Will Lodge: Reading between the lines of school reports
- Credit: Archant
Superdad Will Lodge considers what we really want to know from school reports.
I have devoted many of my column inches to baby’s continuing development. After all, a good parent ensures their child not only survives, but thrives.
With younger children it is relatively easy to measure development, whether it be walking, crawling, rolling or talking, how many teeth they have, or their weight.
But once they grow a bit older and become small people rather than babies, it can be tougher to keep an eye on their ongoing learning.
Sometimes you get a flash of development which can come as a bit of a shock. This could be the sudden use of a ‘big word’ – even better pronounced just right and in context – or the realisation that your eldest is almost as tall as you.
Of course we rely greatly on teachers to both make sure our children are still heading in the right direction, and to measure their progress on the path to adulthood.
I would say that most of the time, for most of us, we trust our schools to be doing the right thing and so our checks come down to the annual or biannual report.
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Knowing the date these come out can cause a feeling of dread for parents. No matter how well you think your little angels are doing, there is always that lurking fear that when you’re not there they are in fact little monsters.
This year my wife and I were particularly keen to read our eldest’s school report to try and gauge how well he is adapting to life at secondary school.
All school reports now contain assessments of each child’s attainment level with numbered stages sub-divided into letters.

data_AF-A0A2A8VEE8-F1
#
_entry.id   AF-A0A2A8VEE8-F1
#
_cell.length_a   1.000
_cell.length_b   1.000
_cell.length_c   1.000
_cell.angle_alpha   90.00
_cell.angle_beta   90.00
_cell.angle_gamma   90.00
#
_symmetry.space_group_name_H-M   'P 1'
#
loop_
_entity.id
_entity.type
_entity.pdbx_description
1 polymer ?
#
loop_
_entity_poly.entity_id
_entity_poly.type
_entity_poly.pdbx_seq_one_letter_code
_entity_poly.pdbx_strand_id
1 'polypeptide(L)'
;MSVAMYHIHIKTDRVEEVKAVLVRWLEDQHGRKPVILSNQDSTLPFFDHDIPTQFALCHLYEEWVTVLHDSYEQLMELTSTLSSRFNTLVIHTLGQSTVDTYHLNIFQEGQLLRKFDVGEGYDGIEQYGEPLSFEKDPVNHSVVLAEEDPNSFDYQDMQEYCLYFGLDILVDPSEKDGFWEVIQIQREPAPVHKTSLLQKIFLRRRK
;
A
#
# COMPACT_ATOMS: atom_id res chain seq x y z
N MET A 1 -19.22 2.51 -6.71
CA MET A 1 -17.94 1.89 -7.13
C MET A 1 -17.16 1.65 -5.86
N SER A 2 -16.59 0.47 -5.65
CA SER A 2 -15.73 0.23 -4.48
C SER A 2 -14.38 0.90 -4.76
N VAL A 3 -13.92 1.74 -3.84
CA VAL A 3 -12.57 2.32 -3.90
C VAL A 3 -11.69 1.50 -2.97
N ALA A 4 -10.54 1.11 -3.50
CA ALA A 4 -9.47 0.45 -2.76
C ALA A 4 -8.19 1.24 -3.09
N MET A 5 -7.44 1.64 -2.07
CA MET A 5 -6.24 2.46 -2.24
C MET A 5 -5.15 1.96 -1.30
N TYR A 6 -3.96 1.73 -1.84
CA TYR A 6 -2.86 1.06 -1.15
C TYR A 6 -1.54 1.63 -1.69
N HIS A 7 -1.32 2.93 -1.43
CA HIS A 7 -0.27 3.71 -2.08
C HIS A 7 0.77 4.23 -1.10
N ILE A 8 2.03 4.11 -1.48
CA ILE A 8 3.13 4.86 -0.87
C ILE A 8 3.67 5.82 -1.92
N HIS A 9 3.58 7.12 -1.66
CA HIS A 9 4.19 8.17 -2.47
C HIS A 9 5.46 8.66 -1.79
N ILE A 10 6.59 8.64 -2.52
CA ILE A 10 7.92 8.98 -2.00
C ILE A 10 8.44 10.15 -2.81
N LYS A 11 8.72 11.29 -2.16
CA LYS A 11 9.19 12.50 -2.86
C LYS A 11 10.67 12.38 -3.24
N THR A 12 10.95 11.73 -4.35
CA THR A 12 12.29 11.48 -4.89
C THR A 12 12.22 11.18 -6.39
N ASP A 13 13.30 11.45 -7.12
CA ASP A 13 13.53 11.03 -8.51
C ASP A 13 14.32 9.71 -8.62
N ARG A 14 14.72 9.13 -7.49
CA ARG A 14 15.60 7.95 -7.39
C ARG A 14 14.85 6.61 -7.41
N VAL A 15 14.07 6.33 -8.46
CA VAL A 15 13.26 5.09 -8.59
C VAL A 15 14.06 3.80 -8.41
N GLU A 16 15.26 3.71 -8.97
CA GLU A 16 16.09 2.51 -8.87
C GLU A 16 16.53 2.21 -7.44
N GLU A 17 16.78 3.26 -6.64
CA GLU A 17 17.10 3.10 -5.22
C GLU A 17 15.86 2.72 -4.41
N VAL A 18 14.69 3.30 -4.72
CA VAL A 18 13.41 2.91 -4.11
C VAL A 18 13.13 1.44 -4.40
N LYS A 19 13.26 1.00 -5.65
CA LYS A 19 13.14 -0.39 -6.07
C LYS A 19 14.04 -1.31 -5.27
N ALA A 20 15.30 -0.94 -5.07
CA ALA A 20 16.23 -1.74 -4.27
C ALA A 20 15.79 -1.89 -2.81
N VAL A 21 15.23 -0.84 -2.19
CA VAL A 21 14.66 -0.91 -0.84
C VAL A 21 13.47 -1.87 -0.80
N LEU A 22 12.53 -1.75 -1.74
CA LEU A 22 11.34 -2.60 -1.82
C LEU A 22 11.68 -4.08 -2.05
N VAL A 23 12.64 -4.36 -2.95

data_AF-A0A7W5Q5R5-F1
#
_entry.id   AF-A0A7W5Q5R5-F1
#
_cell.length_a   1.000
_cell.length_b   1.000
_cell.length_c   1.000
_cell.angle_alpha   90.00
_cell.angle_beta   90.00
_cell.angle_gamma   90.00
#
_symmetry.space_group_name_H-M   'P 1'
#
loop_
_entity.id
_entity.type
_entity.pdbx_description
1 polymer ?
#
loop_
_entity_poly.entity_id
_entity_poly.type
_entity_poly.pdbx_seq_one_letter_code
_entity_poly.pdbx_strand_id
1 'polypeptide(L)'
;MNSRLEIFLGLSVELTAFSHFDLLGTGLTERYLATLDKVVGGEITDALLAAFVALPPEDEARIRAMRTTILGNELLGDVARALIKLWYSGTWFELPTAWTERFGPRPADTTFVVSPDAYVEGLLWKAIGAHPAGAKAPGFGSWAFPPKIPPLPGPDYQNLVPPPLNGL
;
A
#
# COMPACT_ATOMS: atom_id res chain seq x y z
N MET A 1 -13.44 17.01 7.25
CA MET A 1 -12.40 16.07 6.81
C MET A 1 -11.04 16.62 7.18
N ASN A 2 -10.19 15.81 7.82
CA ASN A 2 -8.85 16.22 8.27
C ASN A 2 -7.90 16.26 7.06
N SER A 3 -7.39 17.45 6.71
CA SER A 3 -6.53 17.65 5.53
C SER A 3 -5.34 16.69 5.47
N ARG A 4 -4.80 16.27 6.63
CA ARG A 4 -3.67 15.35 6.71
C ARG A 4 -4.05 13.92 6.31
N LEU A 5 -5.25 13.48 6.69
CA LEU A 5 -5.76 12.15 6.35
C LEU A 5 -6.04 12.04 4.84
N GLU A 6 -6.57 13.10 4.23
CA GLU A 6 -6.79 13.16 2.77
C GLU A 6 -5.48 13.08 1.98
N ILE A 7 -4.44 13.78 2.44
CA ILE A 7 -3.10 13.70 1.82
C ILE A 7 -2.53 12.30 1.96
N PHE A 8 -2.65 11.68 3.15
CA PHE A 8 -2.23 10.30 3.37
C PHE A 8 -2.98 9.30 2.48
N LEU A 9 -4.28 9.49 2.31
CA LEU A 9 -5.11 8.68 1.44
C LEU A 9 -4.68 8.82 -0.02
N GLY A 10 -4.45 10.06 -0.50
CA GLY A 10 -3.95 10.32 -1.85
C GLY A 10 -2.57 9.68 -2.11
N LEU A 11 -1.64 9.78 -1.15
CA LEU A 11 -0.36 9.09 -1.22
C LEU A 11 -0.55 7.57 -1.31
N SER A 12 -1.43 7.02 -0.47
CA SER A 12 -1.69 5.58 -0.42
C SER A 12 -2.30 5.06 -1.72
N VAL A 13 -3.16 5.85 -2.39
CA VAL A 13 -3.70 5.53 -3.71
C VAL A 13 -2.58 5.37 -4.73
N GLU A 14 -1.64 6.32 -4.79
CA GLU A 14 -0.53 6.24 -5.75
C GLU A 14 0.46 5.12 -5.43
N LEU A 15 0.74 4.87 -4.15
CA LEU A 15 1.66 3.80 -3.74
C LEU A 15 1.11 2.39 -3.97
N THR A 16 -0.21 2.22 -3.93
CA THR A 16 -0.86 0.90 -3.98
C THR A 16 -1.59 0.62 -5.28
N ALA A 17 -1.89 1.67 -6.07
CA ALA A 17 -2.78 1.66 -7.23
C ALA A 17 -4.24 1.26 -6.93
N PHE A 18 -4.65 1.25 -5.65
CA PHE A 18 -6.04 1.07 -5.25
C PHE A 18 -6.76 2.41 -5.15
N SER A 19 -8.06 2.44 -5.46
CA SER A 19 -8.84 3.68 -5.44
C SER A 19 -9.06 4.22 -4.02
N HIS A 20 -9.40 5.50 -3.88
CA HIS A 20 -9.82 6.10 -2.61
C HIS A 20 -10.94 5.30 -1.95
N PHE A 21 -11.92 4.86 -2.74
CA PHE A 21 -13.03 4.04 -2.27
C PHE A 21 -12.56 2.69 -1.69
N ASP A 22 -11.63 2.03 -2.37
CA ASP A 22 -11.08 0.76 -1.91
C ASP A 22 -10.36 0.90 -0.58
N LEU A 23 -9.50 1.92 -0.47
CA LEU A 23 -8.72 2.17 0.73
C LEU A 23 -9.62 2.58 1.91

But what does 6a or 4b really mean?
Generally we know can tell how each child is doing in a subject, most usually by how enthusiastic they are about it at home. I think it is a fairly safe assumption that because our son doesn’t respond to basic questions I pose him in French, but does take great delight in showing us the spatula he made, that he prefers DT classes to language lessons.
However our children are doing is alright by us, and thankfully all of our reports were good.
What is far more interesting and potentially heartwarming or heart-wrenching for parents is the social side of things. Does my child enjoy school, are they bullied, and do they at least pay attention in class?
We quickly scan over the attainment guides, briefly matching up their expected end of key stage level with where they are now to make sure it is not horribly off course.
But we linger over comments from teachers, trying to read between the perhaps slightly sanitised lines to gauge whether our kids are kind, polite, and have friends.
Maybe this is because as parents our role is angled towards social and moral development rather than formal education.
However deep down I suspect we just want our children to not be left out – and even avoid our own traumatic childhood experiences.